Consider the Sandwich Method of giving critiques. For more information read this GROG Blog post:


WHAT a critique partner is not

A critique partner should not be expected to make line-by-line edits, nor rewrite and clean up a manuscript shared for feedback. A partnership is a collaboration of reciprocity. When a writer requests a manuscript critique always reciprocate.

“. . . a CP is not is an editor, rival, or lackey.” ~

A critique partner should is not a competition.

Requesting feedback for a story is not a one-way street.

A partnership is a collaboration of reciprocity. When a writer requests a manuscript critique always reciprocate.

HOW to find critique partners


For additional information read a post I wrote on the GROG Blog, Building, Creating, and Sustaining Ideal Critique Partner Relationships.


#50 Precious Words with Vivian Kirkfield


By Susan Leopold

America grew all around me. 

Could I grow, too?

Would my roots dig deep?

Would my branches reach for the sun?

A new beginning, freedom, and hope.

Despite neglect, severe weather, and vandalism, I stood strong.

I grew. I survived. 

I stand strong.

America’s oldest fruit tree–a national treasure.

The Endicott Pear Is North America’s Oldest Fruit Tree
Free Stock Photo by Alen on Stockvault.net
Photo from Kids Discover

Sharing my gratitude to Vivian, the judges, and the many editors and authors who donated prizes. Wishing all writers the best with their entries. Read. Write. Create.

March 20th Update: My entry, THE ENDECOTT PEAR TREE, for #50 Precious Words was recognized as an Honorable Mention in the category of STEM.


Nonfiction Fest 2023

Nonfiction Fest is a month-long writing event for picture book creators in February.

The 2023 Nonfiction Fest is dedicated to the remembrance of Pat Miller–the creator of the Nonfiction Ninjas.

Remembering Pat Miller

The event is hosted by the Nonfiction Ninjas:

Stephanie Bearce, Nancy Churnin, Lisa Amstutz, Susie Kralovansky, Christine Liu-Perkins, Linda Skeers, and Peggy Thomas.

If you missed the Nonfiction Fest check out the informative posts beginning with February 1st:


On the final day of the event, an announcement was made about a writing contest that includes prizes– a three-month mentorship and feedback from judges and a literary agent. More information is forthcoming.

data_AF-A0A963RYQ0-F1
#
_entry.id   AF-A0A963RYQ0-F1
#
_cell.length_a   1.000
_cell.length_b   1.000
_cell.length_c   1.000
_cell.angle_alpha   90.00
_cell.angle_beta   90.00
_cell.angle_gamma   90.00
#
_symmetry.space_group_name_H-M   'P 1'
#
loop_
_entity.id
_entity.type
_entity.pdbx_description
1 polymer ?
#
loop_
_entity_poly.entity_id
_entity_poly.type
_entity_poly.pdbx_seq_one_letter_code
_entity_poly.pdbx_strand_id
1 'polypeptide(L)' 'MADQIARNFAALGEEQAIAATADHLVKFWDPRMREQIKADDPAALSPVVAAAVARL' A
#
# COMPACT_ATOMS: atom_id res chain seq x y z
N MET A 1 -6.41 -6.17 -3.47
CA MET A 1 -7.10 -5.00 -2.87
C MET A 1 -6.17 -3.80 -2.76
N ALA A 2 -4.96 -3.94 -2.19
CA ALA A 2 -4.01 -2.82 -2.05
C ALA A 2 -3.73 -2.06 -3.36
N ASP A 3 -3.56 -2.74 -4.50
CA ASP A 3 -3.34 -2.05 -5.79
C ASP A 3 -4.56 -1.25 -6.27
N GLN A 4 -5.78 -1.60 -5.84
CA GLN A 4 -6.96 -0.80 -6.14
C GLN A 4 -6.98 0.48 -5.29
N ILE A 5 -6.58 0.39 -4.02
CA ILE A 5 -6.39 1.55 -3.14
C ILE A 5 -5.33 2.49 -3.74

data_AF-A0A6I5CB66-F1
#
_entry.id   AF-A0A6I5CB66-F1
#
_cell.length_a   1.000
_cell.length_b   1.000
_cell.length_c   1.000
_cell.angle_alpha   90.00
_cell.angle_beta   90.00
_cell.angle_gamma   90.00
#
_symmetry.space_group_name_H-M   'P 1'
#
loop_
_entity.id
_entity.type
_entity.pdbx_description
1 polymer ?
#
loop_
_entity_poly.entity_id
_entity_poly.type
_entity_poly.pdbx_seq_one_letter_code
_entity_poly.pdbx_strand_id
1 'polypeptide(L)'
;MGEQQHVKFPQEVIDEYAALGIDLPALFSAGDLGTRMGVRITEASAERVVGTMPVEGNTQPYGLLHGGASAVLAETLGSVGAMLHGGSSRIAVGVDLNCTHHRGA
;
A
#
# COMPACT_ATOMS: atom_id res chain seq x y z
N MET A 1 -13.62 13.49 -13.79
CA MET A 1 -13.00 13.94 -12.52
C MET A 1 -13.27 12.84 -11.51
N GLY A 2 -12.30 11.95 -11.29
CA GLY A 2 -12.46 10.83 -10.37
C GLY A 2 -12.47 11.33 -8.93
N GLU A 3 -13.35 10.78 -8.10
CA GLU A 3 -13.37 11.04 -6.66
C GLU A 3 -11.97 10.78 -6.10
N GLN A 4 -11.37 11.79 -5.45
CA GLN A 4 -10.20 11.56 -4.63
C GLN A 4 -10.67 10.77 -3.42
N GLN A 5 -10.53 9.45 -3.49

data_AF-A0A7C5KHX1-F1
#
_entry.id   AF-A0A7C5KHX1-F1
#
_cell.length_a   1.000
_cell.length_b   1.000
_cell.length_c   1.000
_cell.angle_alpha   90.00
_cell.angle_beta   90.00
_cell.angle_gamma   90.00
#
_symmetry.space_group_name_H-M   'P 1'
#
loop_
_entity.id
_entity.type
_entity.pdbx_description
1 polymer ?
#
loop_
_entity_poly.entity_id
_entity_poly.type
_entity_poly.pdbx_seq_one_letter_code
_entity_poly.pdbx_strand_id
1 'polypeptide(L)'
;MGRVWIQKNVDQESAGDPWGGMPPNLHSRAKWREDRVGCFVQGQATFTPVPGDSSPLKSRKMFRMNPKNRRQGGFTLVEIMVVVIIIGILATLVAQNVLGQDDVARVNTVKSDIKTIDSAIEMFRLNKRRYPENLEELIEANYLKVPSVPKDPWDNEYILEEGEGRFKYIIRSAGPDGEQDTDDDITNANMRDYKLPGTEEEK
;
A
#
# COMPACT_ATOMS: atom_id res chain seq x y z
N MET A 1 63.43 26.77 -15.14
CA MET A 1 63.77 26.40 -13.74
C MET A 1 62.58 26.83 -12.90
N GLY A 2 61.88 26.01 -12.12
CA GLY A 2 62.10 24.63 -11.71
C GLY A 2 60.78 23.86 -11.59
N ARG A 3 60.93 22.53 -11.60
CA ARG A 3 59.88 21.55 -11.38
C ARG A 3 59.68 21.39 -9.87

Storystorm 2023

Many kidlit creators look forward to Storystorm hosted by Tara Lazar every year. This event began in 2009. The first time I participated was ten years ago.

What is Storystorm? It’s a month-long brainstorming event to create and generate story ideas during the month of January. There are daily posts from authors, illustrators, and kidlit industry folks who share inspiration and encouragement.

Yes, I realize tomorrow is the first day of March. When January arrived I participated in Storystorm 2023. I acquired new knowledge and information. I generated new story ideas and wrote revisions for my WIPs.

Today Tara announce the grand prize winners of this event. While I am not a grand prize winner, I am a winner because I am a writer.


Mighty Kid Lit

There’s a new platform for kidlit creators. Michele Ziemke, author, illustrator, and host invites you to Mighty Kid Lit. Come grow and learn with authors and illustrators–both published and pre-published. 

To learn more about Mighty KidLit–the who, what, when, where, and why, read the GROG Blog.


To become a member of Mighty Kid Lit and all that it has to offer connect with this link:

Percy the Mascot

Michele, Percy, and I are anxious to welcome you.

Happy Valentine’s Day

What will you give to loved ones on Valentine’s Day? Cards, chocolates, flowers, kisses, and hugs are always appreciated. How about books? Share the love of literacy with your sweethearts. Give picture books. You are never too old to read children’s literature. Books share the love well beyond February 14th.